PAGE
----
IMG_0089The Mekong delta is, as the name suggests a delta in southern Vietnam. A rich land of farming and teeming with life, the delta is the workforce of the nation and one of the most intensely farmed regions anywhere in SE Asia, half of all the rice produced in Vietnam, and almost 60% of the fish caught, is done so in the Mekong. From the air it appears to be a large carpeted portion of land shaded with every green imaginable and struck with vast river systems. For the tourist, guide books will tell you that the Mekong is a fantastic opportunity to see the Vietnamese at work, in their element and to visit the wonderful floating markets dotted throughout the province. An absolute must see region and one which will deliver on promises of an amazing look at Vietnamese life.

The reality is somewhat different.


Having flown into Phu Quoc on the super-dodgy 25 minute hop from Saigon, the journey back was to take a little, well, longer, on the Superdong hydrofoil. You can either sail to Hat Tien (perfect if heading to Cambodia) or Rach Gia (perfect if heading to HCM). Current times and prices are published here:

We were headed to Rach Gia and the bumpy, boring crossing took 2hrs 30 minutes, to the minute. Off the ferry it was a short walk to the central bus station since there is no real need to hang around in the port city. Coming from relatively traffic free Phu Quoc it was a awakening to be back amongst the madness of chaotic traffic and the orchestra of horns. Constantly. A reality that many people don’t realise is that the only people in Vietnam that speak English are either hoteliers or hustlers. I know,youre reading this thinking ‘my taxi driver speaks English’ – Please refer to hustler. We found central bus station within a 10 minute mooch and instantly attracted the usual scruffy looking, shirt half buttoned up scamster that loiters around every single bus station in SE Asia. First up he asked where we were going and I gave him the benefit of the doubt; “Can Tho”. Then the oldest transport scam ever invented began. Seriously, it was invented before transport was; “No, no, no, wrong station”. But guess what, he just happened to be able to take us to the correct one for $20. Now, you have to actually give him some credit, it was very possible (and actually turned out to be true) that the bus to Can Tho left from another station. But in SE Asia generally, and in Vietnam specifically, if you are travelling by coach a fair distance, the bus company either calls at all bus stations, or will connect you via mini bus laid on for free. As I was trying to figure out whether he was being genuine, he would quickly run ahead to where we were going and say something in Vietnamese meaning literally every single door was closed for us. He was constantly telling me I was wrong, I had no respect, and it was starting to get aggressive, others were now involved. I walked to the bus station exit and sat down, knowing that eventually the bus would have to pass by, I was surrounded by about 15 guys all literally stood laughing at me and trying to goad me.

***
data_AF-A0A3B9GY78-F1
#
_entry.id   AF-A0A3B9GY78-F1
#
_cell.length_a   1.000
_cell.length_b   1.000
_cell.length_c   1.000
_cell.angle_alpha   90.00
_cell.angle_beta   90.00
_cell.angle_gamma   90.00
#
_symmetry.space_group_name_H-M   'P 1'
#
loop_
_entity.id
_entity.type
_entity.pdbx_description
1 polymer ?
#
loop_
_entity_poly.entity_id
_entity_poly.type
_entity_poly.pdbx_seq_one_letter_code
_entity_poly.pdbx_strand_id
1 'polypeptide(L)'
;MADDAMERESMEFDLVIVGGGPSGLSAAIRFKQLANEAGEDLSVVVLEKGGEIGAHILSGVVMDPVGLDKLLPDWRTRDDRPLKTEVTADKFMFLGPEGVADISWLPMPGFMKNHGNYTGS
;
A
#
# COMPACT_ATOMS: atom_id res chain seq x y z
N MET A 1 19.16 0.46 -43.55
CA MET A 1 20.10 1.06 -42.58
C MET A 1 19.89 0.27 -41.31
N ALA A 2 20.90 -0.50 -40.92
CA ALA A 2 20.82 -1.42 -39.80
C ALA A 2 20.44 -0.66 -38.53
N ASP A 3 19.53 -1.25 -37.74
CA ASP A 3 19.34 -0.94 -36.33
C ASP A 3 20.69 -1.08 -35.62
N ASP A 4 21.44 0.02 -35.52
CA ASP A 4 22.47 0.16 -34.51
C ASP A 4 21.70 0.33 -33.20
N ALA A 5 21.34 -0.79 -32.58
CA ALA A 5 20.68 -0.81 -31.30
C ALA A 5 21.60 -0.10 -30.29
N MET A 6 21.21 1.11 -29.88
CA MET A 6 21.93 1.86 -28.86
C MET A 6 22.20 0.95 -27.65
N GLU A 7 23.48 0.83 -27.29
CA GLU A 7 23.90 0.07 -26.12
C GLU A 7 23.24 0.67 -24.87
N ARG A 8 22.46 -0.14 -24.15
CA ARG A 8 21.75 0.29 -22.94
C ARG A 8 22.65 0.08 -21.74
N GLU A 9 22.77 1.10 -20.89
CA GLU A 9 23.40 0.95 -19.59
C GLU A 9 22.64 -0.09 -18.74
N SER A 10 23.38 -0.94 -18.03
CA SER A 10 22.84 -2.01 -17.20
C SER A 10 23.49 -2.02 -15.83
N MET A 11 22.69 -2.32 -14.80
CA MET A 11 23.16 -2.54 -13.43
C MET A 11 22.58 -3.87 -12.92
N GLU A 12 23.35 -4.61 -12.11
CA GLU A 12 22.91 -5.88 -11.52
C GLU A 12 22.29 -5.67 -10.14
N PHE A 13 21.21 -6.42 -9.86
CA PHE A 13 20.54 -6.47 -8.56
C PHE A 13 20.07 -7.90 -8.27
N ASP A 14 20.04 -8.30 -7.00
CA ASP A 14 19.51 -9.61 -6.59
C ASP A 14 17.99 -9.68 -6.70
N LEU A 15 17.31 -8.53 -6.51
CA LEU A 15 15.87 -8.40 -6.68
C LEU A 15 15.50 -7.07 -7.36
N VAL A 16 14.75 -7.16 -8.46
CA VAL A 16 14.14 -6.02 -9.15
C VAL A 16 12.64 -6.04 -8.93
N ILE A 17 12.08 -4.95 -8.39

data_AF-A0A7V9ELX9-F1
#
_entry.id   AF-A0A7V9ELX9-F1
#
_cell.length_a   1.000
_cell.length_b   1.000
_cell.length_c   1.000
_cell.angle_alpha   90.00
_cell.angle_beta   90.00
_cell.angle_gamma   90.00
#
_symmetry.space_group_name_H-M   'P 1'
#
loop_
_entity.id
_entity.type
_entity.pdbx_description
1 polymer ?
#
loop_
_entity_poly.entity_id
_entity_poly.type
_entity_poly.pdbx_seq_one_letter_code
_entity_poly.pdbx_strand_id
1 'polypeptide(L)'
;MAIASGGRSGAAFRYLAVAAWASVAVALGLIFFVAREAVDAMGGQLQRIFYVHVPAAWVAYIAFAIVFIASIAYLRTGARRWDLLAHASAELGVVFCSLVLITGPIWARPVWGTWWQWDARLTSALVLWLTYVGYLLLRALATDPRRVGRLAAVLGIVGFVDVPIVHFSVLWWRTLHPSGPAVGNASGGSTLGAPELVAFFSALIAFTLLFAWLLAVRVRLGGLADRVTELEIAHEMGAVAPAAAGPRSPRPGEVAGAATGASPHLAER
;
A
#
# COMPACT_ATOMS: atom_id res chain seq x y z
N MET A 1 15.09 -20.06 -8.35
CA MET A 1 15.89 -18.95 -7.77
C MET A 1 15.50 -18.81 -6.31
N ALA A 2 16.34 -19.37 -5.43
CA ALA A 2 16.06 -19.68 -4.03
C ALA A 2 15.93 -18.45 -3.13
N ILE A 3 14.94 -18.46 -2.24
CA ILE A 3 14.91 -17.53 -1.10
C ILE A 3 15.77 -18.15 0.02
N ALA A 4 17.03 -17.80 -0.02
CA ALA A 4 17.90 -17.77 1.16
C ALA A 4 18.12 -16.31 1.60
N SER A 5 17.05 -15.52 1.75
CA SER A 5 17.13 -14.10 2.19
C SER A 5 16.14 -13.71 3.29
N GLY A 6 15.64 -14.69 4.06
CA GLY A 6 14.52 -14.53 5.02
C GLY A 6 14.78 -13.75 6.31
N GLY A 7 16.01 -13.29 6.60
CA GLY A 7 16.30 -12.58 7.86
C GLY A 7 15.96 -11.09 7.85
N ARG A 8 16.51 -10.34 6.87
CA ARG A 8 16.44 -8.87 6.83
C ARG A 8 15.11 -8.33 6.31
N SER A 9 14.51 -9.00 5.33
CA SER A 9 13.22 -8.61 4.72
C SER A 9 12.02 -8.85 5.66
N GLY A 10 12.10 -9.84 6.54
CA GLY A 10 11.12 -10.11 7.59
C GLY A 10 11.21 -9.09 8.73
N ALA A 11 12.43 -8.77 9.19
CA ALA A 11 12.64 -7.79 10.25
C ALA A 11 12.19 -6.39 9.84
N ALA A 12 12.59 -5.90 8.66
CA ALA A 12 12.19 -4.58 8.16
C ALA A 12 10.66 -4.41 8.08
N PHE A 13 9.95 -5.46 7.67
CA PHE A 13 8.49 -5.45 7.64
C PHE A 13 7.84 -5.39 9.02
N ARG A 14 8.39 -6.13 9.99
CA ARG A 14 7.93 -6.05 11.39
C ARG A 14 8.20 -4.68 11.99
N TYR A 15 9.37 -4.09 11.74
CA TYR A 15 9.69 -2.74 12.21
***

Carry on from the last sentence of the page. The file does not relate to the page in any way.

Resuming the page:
Eventually, after about 30 minutes the guy gave in, he swore at me, mumbled something and wondered off. The crowd dispersed and some woman gestured me to follow her. Within minutes I had a ticket and by 6.30pm was en route to Can Tho after a connection to a station just outside of town. But generally, in the Mekong it got to the point where if we stopped for even a second, someone would approach us trying to hustle us.